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Student research challenges JSO crime stats

spring 2012 hallett

Jacksonville no longer carries the dubious title as “murder capital of Florida,” according to a Jacksonville Sheriff’s Office interpretation of recently released Florida Department of Law Enforcement statistics.


A group of University of North Florida criminology students, under the tutelage of Criminology and Criminal Justice Department Chair Dr. Michael Hallett, begs to differ.


After an exhaustive, semester-long content analysis of state crime data from the past few years, the four-student research team presented their findings during a community discussion on campus in late November. Coming in at second place, Duval County has a murder rate of 8.99 per 100,000 people, with Miami-Dade leading at 9.03 per 100,000.


The student team, which includes criminology students Laura Davie, Robert Farley, Kevin Larose-Renner and Sigrid Wellhausen, said their work makes it clear — the difference between Jacksonville and Miami is statistically insignificant and shouldn’t be trumpeted as a full-scale crime dip for the First Coast.


“The statistics speak for themselves,” Farley said. “And even if we might be comparable to other cities in terms of the violent crime rate, gun crimes here are far higher.”


Farley said the team’s research determined Duval County has an 85 percent higher rate than the state average for crimes committed with a firearm, close to a 50-percent spike from the previous year.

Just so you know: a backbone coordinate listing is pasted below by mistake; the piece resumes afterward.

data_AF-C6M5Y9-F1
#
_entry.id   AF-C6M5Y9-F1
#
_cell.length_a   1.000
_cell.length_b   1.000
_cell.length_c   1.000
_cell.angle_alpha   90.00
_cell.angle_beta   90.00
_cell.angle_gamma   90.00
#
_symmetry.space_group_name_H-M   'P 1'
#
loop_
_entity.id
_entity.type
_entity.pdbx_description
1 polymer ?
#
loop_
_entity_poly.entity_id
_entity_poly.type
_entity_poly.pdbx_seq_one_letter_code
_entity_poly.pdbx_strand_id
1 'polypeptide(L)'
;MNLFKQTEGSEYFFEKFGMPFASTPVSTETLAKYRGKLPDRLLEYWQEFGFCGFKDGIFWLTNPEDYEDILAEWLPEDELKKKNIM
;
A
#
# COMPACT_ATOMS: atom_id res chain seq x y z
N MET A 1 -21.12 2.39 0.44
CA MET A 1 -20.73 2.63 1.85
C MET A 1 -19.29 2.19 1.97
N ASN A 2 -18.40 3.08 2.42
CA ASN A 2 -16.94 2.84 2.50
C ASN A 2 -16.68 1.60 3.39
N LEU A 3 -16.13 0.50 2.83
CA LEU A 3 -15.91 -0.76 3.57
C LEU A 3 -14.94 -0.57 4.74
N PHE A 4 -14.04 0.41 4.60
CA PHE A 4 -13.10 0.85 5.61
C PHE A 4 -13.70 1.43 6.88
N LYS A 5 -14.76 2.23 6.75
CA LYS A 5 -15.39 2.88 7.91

Their studies built off many of the themes present in the documentary film, “The 904,” which was produced by WJCT’s Melissa Ross. The presentation was titled “The 904 Project” and featured clips from the movie.


“We wanted to give the students the chance to open up the conversation,” Ross said. “Dr. Hallet has been a frequent guest on the radio show, and in the course of him coming to the station and talking about city issues, we started talking about ways to keep the focus on crime in Duval County. And with the topics that were touched on in the film, the students used that as a jumping-off point for their research.”


The project was funded through a $5,000 Presidential Scholar’s Grant for community-based learning initiatives, Hallett said.


He spoke highly of the University’s emphasis on boosting transformational learning opportunities for students in and out of the classroom, saying the access to community-based projects is key for students looking to break into criminology.


“Projects like this give students a stake in their community, their city,” he said. “It raises the profile of their work and gives them a true sense of accomplishment when they see their research being disseminated to the community. That experience is invaluable.”


The team’s presentation was held in the Student Union ballroom and attended by multiple local leaders, including Duval County Public Defender Matt Shirk, Jacksonville civil rights pioneer Alton Yates and multiple city council members and law enforcement officials.


“Students don’t often get this kind of audience for their work,” Hallett said. “It’s not just their professors and peers reviewing their research, it’s the entire city of Jacksonville. It shows UNF is an important part of the community discussion on crime and everything in between.”